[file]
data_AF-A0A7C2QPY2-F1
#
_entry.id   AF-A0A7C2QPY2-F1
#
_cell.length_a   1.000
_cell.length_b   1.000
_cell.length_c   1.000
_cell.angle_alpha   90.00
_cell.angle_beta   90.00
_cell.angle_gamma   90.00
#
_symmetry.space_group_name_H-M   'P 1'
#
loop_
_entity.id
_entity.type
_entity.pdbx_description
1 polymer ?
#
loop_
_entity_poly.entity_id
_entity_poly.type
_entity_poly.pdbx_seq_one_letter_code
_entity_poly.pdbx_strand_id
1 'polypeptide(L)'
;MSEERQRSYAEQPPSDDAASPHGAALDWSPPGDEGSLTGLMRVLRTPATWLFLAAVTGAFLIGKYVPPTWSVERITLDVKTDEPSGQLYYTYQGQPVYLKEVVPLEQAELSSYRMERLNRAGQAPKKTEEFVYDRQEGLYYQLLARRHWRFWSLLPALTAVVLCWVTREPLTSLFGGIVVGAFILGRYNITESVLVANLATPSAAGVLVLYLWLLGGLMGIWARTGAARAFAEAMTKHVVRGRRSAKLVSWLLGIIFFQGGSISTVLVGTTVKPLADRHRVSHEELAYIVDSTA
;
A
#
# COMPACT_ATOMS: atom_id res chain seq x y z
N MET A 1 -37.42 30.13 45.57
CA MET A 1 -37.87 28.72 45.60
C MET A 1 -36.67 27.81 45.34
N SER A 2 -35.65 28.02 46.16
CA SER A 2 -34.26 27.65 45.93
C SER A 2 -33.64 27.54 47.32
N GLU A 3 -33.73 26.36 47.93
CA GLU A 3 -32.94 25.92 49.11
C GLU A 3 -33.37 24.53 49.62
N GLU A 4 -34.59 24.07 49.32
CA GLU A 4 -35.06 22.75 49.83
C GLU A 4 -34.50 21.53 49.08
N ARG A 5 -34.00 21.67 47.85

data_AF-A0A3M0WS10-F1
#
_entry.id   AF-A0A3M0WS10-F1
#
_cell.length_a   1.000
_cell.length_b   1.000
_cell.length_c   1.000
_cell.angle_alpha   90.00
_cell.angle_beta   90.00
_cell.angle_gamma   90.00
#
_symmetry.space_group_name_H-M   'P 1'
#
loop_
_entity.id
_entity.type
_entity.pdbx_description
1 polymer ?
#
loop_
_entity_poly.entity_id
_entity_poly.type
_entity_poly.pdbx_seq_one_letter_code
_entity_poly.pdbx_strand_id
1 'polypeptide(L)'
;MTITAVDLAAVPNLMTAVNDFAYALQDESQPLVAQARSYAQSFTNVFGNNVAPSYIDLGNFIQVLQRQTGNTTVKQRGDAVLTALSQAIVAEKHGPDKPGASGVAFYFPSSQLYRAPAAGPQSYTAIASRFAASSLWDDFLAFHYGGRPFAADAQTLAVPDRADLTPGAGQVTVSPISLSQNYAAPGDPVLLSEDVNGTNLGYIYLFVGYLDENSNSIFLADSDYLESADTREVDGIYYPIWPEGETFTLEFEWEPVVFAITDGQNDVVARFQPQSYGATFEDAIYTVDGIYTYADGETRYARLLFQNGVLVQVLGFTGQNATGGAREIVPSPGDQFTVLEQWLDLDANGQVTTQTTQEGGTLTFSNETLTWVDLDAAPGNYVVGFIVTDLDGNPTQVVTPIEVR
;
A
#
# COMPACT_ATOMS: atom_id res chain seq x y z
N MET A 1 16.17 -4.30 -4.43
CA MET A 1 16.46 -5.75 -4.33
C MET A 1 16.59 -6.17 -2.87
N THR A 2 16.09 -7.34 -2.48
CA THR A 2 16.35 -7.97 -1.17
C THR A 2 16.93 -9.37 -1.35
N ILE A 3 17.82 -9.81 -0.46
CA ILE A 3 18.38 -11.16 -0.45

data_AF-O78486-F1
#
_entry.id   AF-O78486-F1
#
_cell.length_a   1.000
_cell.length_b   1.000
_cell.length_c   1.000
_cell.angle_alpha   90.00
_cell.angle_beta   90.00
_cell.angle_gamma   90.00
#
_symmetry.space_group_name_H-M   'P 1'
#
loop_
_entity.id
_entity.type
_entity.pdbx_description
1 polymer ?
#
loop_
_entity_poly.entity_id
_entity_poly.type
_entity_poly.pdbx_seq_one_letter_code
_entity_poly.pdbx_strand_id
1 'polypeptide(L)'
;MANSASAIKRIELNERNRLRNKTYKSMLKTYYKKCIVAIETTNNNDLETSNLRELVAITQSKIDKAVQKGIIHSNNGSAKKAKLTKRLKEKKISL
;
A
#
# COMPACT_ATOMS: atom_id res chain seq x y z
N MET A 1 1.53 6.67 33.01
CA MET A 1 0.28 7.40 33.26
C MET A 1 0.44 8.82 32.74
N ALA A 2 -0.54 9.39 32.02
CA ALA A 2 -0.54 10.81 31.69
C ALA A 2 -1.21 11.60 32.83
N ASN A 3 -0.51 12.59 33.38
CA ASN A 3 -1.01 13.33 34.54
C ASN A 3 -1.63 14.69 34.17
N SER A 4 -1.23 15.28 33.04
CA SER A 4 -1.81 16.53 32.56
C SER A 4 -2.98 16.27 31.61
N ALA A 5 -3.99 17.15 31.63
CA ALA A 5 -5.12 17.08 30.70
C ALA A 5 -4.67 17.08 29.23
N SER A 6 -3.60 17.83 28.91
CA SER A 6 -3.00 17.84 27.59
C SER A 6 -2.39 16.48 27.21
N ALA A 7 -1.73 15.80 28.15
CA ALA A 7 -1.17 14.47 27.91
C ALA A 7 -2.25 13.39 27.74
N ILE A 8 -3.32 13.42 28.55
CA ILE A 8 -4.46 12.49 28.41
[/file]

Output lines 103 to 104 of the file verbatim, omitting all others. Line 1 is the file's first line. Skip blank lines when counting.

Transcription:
_entity_poly.type
_entity_poly.pdbx_seq_one_letter_code